OH chairman: Democrats should unify around jobs to win governor’s race

Democrats in Trumbull County talked about the future of Ohio Tuesday evening, focusing on the 2018 race for governor. Ohio Democratic Party Chairman David Pepper was in town and said the key issue for candidates is jobs. “We aren’t seeing that kind of job growth that other states are seeing, so our candidates for governor and our other offices will be the ones pushing a jobs message.” The party is set on winning the governor’s office. There are three candidates so far on the Democratic side — Valley lawmaker Joe Schiavoni, former lawmaker Connie Pillich, and former U.S. Representative Betty Sutton. To win the race, Pepper said the party needs to unify and get back to the core message of jobs. “I think the number one thing any governor candidate, frankly, on any side should be doing, especially ours, is what are they going to do with jobs? To bring in new jobs, stop jobs from leaving so many of our communities. I think the candidate that does that will do very well.”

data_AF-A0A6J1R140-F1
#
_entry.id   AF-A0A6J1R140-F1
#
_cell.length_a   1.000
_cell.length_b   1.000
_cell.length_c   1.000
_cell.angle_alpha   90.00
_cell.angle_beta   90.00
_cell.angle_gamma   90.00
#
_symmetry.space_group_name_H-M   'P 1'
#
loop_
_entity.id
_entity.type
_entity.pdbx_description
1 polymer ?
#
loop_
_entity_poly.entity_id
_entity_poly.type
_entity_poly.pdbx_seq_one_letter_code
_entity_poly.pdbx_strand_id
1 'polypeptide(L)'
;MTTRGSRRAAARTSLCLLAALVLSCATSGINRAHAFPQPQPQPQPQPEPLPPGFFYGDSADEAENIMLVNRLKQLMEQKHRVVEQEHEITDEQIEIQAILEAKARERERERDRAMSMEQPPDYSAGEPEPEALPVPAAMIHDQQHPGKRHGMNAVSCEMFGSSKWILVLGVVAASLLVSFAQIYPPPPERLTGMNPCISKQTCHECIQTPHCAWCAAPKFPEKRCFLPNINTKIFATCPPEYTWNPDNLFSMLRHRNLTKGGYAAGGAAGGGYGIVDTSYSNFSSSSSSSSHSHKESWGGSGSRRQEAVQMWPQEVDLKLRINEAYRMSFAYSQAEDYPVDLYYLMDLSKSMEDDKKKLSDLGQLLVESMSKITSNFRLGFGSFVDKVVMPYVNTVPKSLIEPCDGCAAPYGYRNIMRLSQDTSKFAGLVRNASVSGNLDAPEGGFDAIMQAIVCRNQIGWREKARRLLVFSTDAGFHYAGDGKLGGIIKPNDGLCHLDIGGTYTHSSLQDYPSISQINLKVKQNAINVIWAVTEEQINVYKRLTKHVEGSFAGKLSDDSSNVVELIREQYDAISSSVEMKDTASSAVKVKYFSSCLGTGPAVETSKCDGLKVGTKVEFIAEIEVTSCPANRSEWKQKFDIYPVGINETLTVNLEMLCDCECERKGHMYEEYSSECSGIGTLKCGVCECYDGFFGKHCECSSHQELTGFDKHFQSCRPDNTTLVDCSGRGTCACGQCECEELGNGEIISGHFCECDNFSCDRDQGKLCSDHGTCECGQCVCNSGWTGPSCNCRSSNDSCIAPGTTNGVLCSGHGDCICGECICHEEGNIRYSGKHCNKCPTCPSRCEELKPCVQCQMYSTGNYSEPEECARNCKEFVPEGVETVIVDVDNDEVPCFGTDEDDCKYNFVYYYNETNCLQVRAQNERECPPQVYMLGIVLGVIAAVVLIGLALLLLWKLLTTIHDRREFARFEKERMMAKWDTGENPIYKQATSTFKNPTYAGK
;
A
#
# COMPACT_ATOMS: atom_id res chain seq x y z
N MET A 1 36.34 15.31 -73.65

Tennessee

Republican Governors Association on the attack early against Karl Dean

The national arm of Republican governors is on the attack early against Democrat Karl Dean in the race for Tennessee governor, accusing the former Nashville mayor on Tuesday of getting "caught misleading voters on taxes. "Mary Mancini, the Tennessee Democratic Party chair, also called the criticism of Dean dishonest and slammed Republicans who control states with some of the highest rates of uninsured Americans, high unemployment and low income. “Tennesseans should expect plenty more of these dishonest attacks because Republicans have no accomplishments to run on," Mancini said.